China and US will continue trade talks in Washington next week … RTRS
China and US will continue high-stakes trade talks in Washington next week
* Chinese President Xi Jinping says he hopes the two sides will be able to reach a mutually beneficial deal in the upcoming negotiations.
* U.S. Trade Representative Robert Lighthizer and Treasury Secretary Steven Mnuchin said during the meeting that they maintain hope although there is still much work to be
* U.S. duties on $200 billion worth of imports from China are scheduled to rise to 25 percent from 10 percent if no deal is reached by March 1.
Talks between China and the United States this week made important progress, President Xi Jinping told top U.S. trade negotiators on Friday, adding that efforts would continue
in Washington next week to resolve their bruising trade war.
The White House later confirmed the next round of talks, while saying this week’s negotiations in China “led to progress between the two parties.”
But there was a cautionary note from the White House, as well: “Much work remains, however.”
Xi met U.S. Trade Representative Robert Lighthizer and U.S. Treasury Secretary Steven Mnuchin after a full week of trade negotiations at senior and deputy levels in Beijing, and called for a deal both sides could
accept, state media said.
U.S. duties on $200 billion worth of imports from China are set to rise to 25 percent from 10 percent if no deal is reached by March 1 to address U.S. demands that China curb forced technology transfers and better
enforce intellectual property rights.
After the conclusion of talks, which included a banquet on Thursday, Mnuchin said on Twitter that he and Lighthizer had held “productive meetings” with Xi’s top economic adviser, Vice Premier Liu He.
“The consultations between the two sides’ teams achieved important step-by-step progress,” Xi said, according to state television.
“Next week, both sides will meet again in Washington. I hope you will continue efforts to advance reaching a mutually beneficial, win-win agreement,” Xi said during a meeting at Beijing’s Great Hall of the People.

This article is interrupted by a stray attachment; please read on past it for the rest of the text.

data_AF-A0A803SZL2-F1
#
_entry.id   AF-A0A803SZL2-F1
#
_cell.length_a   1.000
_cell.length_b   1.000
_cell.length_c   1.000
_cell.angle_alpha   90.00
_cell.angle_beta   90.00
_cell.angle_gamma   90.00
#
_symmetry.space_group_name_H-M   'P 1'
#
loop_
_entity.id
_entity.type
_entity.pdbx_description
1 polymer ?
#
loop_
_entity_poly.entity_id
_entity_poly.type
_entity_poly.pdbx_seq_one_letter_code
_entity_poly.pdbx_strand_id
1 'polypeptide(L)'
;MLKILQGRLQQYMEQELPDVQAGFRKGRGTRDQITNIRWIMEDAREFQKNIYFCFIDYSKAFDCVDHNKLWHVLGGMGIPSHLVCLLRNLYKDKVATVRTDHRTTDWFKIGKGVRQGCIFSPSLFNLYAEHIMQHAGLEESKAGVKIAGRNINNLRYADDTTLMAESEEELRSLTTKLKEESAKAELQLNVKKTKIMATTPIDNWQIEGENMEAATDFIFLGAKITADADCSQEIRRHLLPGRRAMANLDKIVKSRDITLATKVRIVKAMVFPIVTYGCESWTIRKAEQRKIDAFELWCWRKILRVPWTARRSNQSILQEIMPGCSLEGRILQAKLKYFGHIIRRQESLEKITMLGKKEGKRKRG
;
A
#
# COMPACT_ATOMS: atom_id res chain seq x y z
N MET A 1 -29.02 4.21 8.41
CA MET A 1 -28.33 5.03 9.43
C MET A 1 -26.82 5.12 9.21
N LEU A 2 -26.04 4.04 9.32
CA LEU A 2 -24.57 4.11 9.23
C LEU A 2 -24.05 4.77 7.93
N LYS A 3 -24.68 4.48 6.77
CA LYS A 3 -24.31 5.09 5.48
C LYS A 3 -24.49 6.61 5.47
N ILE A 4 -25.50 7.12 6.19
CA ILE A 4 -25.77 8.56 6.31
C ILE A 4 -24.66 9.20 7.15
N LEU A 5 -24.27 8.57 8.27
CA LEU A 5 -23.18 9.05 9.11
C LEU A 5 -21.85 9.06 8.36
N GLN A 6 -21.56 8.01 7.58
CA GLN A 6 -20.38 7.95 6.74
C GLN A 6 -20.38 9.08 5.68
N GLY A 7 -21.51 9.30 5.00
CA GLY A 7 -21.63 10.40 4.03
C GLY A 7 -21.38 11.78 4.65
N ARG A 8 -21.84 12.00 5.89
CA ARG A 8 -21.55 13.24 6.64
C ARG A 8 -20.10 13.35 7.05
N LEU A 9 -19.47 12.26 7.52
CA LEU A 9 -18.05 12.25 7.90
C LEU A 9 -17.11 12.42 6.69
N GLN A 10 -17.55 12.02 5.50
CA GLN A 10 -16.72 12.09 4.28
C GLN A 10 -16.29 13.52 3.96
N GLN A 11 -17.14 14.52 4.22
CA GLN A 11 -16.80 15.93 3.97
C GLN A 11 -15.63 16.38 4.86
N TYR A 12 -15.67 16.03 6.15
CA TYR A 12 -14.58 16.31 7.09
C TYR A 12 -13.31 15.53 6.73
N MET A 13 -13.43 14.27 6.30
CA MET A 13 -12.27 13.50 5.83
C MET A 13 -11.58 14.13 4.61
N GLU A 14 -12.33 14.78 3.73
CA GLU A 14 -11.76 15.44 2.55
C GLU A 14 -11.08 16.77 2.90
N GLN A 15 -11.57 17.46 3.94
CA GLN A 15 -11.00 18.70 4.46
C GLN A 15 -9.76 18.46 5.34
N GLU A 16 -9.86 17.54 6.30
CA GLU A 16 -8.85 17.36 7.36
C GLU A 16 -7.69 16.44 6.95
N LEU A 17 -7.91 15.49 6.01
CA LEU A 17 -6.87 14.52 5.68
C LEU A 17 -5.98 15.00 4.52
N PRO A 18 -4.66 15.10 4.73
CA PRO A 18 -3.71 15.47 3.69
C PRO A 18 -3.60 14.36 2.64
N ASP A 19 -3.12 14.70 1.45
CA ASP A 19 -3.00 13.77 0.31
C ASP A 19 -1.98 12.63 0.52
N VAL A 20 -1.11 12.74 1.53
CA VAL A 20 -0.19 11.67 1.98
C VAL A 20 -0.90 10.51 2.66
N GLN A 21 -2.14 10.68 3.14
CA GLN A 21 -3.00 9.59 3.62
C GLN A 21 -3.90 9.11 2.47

He added that China was willing to take a “cooperative approach” to settling bilateral trade frictions.
Lighthizer told Xi the senior officials had “two very good days” of talks.
“We feel that we have made headway on very, very important, and very difficult issues. We have additional work to do but we are hopeful,” Lighthizer said, according to a foreign media pool video.
Neither country has yet offered new details on how the world’s two largest economies might de-escalate the tariff war that has roiled financial markets and disrupted manufacturing supply chains.
Although U.S. President Donald Trump said this week that an extension of the tariff deadline was possible if a “real deal” was close, Larry Kudlow, director of the National Economic Council, has said the White
House had made no such decision.
But several sources informed about the meetings told Reuters there was little indication negotiators had made major progress on sticking points to pave the way for a potential meeting between Xi and Trump in coming
weeks to hammer out a deal.
“Stalemate on the important stuff,” said one of the sources, all of whom requested anonymity because the talks are confidential.
“There’s still a lot of distance between parties on structural and enforcement issues,” said a second source. “I wouldn’t quite call it hitting a wall, but it’s not a field of dreams either.”
A third source told Reuters the White House was “irate” over earlier reports that the Trump administration was considering a 60-day extension of the tariff deadline.
Lighthizer and Mnuchin left their Beijing hotel on Friday afternoon without taking questions from reporters.